Investigations of color center phenomena in Topaz and Quartz through electron spin resonance with reference to optical absorption and nuclear magnetic resonance: Implications for extended mineral applications


  • Darius Greenidge Shizuoka University International Center/ Office for the Promotion of Global Education Programs



Color center, electron spin, nuclear spin, optical absorption, topaz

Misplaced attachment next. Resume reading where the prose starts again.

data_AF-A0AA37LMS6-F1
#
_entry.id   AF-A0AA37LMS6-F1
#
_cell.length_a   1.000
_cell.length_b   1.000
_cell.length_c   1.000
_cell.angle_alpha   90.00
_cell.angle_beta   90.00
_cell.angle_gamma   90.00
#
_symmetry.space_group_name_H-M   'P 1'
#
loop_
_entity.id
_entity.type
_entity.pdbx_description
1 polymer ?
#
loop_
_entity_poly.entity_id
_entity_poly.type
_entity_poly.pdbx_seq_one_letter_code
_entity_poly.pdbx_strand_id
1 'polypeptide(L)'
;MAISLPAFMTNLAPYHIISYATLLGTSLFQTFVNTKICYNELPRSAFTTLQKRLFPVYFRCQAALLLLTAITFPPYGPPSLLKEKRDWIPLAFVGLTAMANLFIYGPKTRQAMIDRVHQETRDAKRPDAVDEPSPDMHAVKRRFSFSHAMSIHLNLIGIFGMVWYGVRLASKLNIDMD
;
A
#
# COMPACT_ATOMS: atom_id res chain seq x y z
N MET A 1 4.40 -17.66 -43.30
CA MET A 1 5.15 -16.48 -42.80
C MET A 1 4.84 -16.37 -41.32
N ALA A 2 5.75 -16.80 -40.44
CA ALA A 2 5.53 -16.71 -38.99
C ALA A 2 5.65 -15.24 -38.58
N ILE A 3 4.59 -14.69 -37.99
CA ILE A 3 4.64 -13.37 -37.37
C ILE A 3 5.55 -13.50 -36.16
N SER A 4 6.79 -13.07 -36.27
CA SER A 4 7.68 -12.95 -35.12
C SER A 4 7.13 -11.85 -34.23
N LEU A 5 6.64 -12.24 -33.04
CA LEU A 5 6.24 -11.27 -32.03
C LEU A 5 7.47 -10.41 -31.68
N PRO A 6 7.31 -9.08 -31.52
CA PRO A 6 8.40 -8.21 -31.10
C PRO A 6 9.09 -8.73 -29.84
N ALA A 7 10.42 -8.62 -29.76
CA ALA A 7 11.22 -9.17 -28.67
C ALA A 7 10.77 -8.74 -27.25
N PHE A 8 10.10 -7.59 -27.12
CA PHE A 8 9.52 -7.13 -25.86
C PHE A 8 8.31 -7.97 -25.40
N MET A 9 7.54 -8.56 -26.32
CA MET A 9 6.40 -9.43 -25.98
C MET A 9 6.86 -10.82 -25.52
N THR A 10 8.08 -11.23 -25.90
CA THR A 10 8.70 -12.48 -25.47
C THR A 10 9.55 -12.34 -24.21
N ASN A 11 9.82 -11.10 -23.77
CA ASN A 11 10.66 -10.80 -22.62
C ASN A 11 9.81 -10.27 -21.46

Optical absorption, electron spin resonance (ESR) and nuclear (NMR) studies of silicate minerals such as quartz and topaz help to reveal the nature of a variety of colors which are derived from defects within the crystal structures involving the presence of impurities, trapped holes, and electrons. The present study was inspired by color changes in cinnabar, which upon exposure to sunlight, turns from vermillion red to black under certain conditions, the solid state physical reasons for which have not yet been described. Smoky and amethyst quartz are also bleached by energy from the Sun; reactions that can be reversed by the process of artificial irradiation and heat treatment. Topaz, the focus of this study, exhibits the imperial yellow variety from Ouro Preto, Brazil, which bleaches upon exposure to high temperatures and gives rise to a pink color if chromium is present as an impurity. For the blue variety of topaz, which arises from the irradiation of colorless topaz to smoky, then heat treating to blue, the crystal chemistry remains undefined. Many color centers found in topaz are believed to have a relationship to the presence of aluminum in tetrahedral sites, also related to trapped hole/electron defects. Although NMR studies have targeted the presence of 27Al with uncertain results, optical absorption and ESR studies show clear connections to the production of electronic defects related to absorbing centers caused by high energy irradiation. ESR studies indicate that significant information can be attained relative to these defects when the magnetic vector is parallel to the c axis of the crystal. This paper begins to shed light on the responsible mechanisms that may define the crystal chemistry in terms of the electronic environment, with particular emphasis on topaz.